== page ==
I think I'll order some new ones and see what happens to my measurements... Then I can also measure the old ones.

Has anybody else tried this in response to the error that we're chasing?

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Re: Unsolved Mystery. Weird Z0 behavior around build perimet

Post by bdjohns1 » Tue May 13, 2014 8:51 am

Jimustanguitar wrote:So I had a thought last night... I wonder what would happen if I replaced my belts. What's the chance that they're out of tolerance ever so slightly?

I've overlooked them up to this point, but if they were off by a little, it would cause a geometry error. And it's something that wasn't replaced in my V1 to V2 conversion.
I think I'll order some new ones and see what happens to my measurements... Then I can also measure the old ones.

Has anybody else tried this in response to the error that we're chasing?


Never thought of that. It's possible, but I'd guess fairly unlikely to contribute much to the error. I don't have the spec sheets for the belting we're using, but this kind of stuff is generally designed to handle its load without stretching - they're usually reinforced with Kevlar cords. We're not over-tensioning the belts. I don't think the GT2 belting is supposed to have much backlash, but it's certainly possible if the teeth wear down a bit. Measuring that geometry is probably going to be tough to quantify. Easiest way to check would be to measure for vertical-only play at the Cheapskate axles (to eliminate measuring any play in the carriages themselves).

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Re: Unsolved Mystery. Weird Z0 behavior around build perimet

Post by geolupulus » Fri May 23, 2014 3:27 pm

Just chiming in to mention that I have noticed the same issue with my Revision 2 Rostock. ABS parts are a real bear as I have a job that needs large ABS prints and I cannot access all 11" of the build plate. When I try, the hot end raises between axes and the first layer does not adhere to the bed. Which leads to all sorts of warping in the print. Not good considering the Rostock was listed as having large build volume and printing in ABS as a "feature". I'm confined to printing my parts in pieces and then going back and using acetone+ABS slurry to glue my pieces together to get 11" wide prints.

Been trying to tackle this problem for a week now. Besides a suggestion from SEEME support of decreasing my horizontal radius (didn't work) I haven't heard a solution from them. Bummer too because I just ordered 2 more Rostocks to help me get this large job done.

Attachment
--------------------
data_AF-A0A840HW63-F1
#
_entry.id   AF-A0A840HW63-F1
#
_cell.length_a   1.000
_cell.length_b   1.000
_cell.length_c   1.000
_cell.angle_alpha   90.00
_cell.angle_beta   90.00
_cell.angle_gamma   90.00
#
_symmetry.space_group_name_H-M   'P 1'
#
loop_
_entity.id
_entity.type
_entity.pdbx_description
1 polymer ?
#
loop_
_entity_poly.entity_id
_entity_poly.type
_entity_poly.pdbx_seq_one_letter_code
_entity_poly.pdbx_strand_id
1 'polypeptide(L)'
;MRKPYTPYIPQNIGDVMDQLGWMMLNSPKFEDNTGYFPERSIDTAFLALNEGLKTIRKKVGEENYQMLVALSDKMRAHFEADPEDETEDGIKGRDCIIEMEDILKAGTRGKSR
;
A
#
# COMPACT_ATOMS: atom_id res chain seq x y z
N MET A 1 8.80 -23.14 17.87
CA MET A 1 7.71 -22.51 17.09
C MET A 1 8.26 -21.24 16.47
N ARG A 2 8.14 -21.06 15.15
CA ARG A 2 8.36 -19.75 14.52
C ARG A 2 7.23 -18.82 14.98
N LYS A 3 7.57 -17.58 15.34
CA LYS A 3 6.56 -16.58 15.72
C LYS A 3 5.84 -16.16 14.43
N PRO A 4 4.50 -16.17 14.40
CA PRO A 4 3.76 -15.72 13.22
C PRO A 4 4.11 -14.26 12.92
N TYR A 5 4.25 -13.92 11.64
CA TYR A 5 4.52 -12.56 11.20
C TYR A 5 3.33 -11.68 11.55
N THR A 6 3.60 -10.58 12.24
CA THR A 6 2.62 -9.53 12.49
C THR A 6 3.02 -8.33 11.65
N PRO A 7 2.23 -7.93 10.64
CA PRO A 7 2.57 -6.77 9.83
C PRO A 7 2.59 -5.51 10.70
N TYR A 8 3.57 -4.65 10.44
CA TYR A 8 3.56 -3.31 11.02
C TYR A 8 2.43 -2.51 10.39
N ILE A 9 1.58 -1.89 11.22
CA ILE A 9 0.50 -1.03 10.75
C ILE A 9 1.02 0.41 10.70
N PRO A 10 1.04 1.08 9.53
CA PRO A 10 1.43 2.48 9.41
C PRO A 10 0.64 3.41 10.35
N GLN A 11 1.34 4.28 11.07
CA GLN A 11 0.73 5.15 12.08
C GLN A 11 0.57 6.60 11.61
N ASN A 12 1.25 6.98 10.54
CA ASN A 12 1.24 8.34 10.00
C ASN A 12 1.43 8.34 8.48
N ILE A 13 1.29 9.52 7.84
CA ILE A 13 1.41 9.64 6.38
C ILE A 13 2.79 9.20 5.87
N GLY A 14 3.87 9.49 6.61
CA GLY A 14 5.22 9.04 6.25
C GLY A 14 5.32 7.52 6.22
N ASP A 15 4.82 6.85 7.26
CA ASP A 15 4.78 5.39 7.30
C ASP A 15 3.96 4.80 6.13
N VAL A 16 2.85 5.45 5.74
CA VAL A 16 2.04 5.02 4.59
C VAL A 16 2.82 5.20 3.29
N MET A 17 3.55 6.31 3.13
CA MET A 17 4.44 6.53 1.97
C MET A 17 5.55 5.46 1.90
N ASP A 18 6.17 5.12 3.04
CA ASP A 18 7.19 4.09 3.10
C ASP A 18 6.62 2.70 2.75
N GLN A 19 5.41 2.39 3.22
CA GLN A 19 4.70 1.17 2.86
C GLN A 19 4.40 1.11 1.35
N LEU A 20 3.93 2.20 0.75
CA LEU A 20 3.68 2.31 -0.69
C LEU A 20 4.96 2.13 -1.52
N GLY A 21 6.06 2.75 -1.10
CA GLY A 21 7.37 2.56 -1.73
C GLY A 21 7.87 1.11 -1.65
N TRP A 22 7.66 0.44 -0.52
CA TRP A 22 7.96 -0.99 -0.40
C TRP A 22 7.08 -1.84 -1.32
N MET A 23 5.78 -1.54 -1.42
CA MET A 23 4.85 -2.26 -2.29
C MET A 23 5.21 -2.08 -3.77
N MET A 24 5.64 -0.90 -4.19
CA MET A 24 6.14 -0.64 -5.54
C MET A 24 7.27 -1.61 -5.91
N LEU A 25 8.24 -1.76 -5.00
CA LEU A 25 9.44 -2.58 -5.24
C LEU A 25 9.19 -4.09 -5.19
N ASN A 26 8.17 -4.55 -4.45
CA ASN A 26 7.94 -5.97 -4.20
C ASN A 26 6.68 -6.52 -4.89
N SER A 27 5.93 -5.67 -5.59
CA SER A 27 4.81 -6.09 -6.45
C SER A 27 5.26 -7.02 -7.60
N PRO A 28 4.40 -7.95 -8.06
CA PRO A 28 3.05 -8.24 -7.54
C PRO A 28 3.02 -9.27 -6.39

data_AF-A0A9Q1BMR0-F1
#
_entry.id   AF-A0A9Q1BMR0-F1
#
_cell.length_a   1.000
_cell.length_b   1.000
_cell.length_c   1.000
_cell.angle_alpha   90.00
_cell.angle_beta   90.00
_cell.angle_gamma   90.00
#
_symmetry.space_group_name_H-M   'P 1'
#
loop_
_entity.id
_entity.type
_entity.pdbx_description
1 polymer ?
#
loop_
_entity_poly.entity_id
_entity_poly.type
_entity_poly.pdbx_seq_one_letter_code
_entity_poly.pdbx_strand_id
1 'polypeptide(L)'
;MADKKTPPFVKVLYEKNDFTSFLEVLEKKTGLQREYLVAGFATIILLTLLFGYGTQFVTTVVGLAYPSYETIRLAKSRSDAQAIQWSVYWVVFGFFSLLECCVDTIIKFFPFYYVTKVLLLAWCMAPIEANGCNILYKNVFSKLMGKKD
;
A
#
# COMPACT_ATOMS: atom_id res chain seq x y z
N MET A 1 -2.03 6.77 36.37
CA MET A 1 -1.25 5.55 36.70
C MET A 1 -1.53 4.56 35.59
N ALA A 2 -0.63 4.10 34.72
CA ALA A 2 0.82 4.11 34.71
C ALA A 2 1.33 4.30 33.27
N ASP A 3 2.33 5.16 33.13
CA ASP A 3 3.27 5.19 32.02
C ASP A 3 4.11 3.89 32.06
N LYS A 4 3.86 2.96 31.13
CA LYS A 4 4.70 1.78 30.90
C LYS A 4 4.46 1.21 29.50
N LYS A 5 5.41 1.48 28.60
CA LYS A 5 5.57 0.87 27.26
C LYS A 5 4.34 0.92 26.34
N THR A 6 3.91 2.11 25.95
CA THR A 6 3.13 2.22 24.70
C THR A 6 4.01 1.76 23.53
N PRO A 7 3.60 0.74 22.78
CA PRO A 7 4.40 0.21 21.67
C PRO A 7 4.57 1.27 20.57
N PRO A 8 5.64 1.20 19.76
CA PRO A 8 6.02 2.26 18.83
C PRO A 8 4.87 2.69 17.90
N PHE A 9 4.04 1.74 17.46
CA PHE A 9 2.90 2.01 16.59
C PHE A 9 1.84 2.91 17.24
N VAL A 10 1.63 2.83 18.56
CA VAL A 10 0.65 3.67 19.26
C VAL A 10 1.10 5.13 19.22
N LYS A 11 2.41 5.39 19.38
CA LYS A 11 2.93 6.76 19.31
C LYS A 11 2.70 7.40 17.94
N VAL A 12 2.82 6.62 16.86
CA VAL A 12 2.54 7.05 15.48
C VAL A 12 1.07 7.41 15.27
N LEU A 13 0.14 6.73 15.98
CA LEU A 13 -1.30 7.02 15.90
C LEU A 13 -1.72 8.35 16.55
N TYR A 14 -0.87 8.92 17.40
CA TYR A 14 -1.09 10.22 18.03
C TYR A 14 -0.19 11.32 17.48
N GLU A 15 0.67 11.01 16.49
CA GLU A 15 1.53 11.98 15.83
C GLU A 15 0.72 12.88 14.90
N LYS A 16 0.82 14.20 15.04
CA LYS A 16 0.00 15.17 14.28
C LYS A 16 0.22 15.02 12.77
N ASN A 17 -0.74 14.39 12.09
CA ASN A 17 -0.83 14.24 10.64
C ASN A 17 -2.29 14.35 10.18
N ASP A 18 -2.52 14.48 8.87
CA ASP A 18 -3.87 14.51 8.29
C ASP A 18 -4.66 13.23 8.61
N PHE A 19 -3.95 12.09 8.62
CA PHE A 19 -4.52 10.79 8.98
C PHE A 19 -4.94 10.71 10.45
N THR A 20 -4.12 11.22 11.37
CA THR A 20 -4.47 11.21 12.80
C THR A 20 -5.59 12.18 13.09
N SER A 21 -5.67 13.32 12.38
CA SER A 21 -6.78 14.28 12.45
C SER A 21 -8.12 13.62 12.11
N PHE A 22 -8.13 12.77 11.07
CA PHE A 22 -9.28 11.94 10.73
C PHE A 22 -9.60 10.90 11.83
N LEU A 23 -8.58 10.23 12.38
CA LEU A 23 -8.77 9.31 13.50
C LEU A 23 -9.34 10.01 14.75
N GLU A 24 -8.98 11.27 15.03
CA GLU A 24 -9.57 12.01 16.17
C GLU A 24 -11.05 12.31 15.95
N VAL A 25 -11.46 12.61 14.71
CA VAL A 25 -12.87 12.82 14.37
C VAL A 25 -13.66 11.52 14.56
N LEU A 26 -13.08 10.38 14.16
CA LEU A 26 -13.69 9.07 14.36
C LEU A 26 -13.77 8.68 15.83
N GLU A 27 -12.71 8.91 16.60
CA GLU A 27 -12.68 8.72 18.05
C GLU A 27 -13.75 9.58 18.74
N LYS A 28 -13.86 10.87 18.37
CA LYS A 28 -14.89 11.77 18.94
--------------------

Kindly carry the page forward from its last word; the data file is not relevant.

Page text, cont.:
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Re: Unsolved Mystery. Weird Z0 behavior around build perimet

Post by 626Pilot » Mon Jun 02, 2014 9:16 pm

Jimustanguitar wrote:There's no need to use a dial indicator for normal leveling, using a piece of paper as a feeler gauge does just fine.

I find calibration easier with a dial gauge. You get a lot more detail that way. For a person with the Z-lift issues, it's beneficial to see the exact effects of adjusting a tower.

In other news, here's a youtube from a guy who has this problem: https://www.youtube.com/watch?v=izTpyWeqkhA

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Re: Unsolved Mystery. Weird Z0 behavior around build perimet

Post by geolupulus » Mon Jun 02, 2014 10:38 pm

Wow that video is perfect. It's been another week and I still haven't heard a solution from SeeMe support.

Quite frustrating when we bought the printer based on its build area and we cannot print to the build area extents!!

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Re: Unsolved Mystery. Weird Z0 behavior around build perimet

Post by 626Pilot » Mon Jun 02, 2014 11:08 pm

I came up with a new method for doing the tower rotations. It takes a lot longer than the ad-hoc method of trying different combinations on different towers, but you get better data and (hopefully) a better calibration. It takes at least an hour to step through all of this. You will need the following:
  • Depth gauge, accurate to 1/1000th inch or better
  • Depth gauge holder (you can 3D print one, or get one from http://tricklaser.com)
  • Some G-code scripts
  • Repetier firmware
  • Loads of time and patience

In the normal "three-point" calibration routine, you adjust the endstop screws on all three towers, then do a printer radius adjustment. We will expand on this in two phases. In phase 1, we'll change the rotation of each tower individually by a small amount (1/4 degree at a time), re-do the three-point calibration, verify the printer radius, and then record the amount of dip or lift relative to zero in all four quadrants. We have to have clean data, so we only change one tower rotation at a time. At the end of this phase, we'll have lots of measurements. In phase 2, we'll bring these measurements together to try altering the rotation of two towers at the same time.

Also, after you do your initial calibration, DO NOT ADJUST THE ENDSTOP SCREWS. Use the "Tower X/Y/Z endstop offset" variables in the EEPROM instead. This will streamline your work, and you won't have to continuously adjust the tower height.

G-code scripts:

Code: Select all

; Script 1, Z tower
G1 Z50 F12000
G1 X0 Y90
G1 Z5
G1 Z0 F500

; Script 2, Y tower
G1 Z50 F12000
G1 X77.94 Y-45
G1 Z5
G1 Z0 F500

; Script 3, X tower
G1 Z50 F12000
G1 X-77.94 Y-45
G1 Z5
G1 Z0 F500

; Script 4, Bed center
G1 Z50 F12000
G1 X0 Y0
G1 Z5
G1 Z0 F500

; Script 5, Fast Home
G1 Z275 F12000